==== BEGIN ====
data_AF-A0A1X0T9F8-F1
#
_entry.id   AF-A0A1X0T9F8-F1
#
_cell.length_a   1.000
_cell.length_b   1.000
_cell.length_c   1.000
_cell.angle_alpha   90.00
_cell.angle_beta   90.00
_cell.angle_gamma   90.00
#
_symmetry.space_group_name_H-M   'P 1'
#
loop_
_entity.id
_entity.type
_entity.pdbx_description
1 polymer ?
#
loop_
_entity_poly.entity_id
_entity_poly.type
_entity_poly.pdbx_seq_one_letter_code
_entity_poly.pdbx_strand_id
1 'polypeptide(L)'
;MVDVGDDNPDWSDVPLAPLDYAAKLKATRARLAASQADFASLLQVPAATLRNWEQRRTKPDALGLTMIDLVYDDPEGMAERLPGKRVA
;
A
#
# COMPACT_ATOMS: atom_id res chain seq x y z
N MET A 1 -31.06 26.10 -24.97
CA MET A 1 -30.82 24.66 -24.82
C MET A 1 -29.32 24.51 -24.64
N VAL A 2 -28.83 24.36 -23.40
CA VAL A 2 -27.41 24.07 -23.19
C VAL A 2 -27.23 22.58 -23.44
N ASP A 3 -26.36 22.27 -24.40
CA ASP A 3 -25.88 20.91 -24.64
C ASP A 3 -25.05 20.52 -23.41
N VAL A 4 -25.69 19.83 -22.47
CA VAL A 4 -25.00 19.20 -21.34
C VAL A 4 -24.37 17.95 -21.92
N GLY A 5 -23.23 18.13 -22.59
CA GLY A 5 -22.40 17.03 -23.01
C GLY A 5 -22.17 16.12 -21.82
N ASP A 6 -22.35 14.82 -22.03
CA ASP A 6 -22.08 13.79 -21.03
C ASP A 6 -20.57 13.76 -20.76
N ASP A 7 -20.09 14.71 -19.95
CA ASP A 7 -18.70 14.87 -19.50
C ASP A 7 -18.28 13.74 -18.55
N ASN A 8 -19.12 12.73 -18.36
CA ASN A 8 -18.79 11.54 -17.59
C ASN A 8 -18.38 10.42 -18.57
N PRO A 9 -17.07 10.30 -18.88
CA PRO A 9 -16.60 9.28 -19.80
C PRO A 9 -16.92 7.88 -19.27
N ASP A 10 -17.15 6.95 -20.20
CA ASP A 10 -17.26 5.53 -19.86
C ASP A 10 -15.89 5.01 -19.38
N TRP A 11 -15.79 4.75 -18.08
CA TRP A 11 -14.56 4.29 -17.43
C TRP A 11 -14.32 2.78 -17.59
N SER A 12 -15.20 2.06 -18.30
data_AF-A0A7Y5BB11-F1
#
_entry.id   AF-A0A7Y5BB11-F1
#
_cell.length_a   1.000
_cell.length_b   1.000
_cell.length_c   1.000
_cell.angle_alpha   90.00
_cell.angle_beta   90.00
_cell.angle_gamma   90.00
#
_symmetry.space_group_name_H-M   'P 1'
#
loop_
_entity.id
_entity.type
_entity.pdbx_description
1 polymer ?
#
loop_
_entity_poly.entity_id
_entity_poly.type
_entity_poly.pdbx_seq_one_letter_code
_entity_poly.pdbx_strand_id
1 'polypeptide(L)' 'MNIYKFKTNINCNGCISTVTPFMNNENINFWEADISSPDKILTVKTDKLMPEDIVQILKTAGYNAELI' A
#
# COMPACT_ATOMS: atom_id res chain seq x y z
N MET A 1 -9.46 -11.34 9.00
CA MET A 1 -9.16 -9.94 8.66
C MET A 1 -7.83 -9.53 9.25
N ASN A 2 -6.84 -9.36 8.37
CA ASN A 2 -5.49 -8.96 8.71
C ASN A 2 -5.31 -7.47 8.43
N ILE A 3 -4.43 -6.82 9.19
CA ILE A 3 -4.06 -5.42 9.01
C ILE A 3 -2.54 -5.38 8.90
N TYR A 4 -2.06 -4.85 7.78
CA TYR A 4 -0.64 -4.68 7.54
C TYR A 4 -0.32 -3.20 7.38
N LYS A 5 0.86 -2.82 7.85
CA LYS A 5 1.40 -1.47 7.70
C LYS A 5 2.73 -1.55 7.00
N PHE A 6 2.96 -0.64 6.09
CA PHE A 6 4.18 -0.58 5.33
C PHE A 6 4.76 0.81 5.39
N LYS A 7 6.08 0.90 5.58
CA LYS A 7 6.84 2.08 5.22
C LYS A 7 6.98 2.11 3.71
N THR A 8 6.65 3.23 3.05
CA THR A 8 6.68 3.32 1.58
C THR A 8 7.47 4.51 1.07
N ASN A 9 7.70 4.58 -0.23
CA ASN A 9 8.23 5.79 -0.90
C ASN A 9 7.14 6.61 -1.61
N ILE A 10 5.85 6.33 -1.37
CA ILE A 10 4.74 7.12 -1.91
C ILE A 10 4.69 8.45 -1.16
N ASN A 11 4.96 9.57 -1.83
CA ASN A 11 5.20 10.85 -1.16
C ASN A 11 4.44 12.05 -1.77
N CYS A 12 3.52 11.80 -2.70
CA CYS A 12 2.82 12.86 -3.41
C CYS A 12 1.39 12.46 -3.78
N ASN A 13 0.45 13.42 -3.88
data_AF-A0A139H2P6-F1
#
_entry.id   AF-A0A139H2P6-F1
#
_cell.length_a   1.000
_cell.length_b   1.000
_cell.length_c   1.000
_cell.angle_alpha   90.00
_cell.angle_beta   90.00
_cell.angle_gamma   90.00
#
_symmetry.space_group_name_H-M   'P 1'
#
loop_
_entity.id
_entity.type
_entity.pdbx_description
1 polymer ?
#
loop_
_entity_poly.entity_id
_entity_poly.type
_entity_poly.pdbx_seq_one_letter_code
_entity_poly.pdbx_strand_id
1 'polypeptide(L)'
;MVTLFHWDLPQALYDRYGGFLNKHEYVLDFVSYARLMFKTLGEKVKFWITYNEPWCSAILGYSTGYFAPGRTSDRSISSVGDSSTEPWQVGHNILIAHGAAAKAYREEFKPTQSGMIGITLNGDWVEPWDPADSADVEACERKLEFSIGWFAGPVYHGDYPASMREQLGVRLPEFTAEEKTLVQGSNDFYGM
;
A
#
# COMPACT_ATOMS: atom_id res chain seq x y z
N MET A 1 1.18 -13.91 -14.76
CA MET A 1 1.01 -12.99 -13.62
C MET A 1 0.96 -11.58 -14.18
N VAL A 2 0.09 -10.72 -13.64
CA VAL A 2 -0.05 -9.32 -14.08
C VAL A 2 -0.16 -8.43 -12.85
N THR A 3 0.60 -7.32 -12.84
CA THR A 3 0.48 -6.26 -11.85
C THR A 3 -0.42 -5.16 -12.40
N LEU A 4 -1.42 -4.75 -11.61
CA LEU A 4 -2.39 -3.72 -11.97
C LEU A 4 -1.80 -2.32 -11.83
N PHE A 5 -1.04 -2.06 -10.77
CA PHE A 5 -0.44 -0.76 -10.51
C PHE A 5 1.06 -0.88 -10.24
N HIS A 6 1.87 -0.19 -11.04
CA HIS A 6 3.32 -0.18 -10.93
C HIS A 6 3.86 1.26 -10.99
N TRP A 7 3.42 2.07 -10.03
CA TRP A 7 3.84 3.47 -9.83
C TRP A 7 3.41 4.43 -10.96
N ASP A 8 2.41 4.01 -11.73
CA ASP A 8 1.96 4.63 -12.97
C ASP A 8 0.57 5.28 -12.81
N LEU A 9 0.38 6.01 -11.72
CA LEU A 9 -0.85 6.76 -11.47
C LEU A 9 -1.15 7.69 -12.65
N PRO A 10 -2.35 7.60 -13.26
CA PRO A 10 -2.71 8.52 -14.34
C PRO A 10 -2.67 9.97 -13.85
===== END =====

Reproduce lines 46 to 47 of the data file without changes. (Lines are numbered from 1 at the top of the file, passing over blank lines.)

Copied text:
N ASP A 6 -22.35 14.82 -22.03
CA ASP A 6 -22.08 13.79 -21.03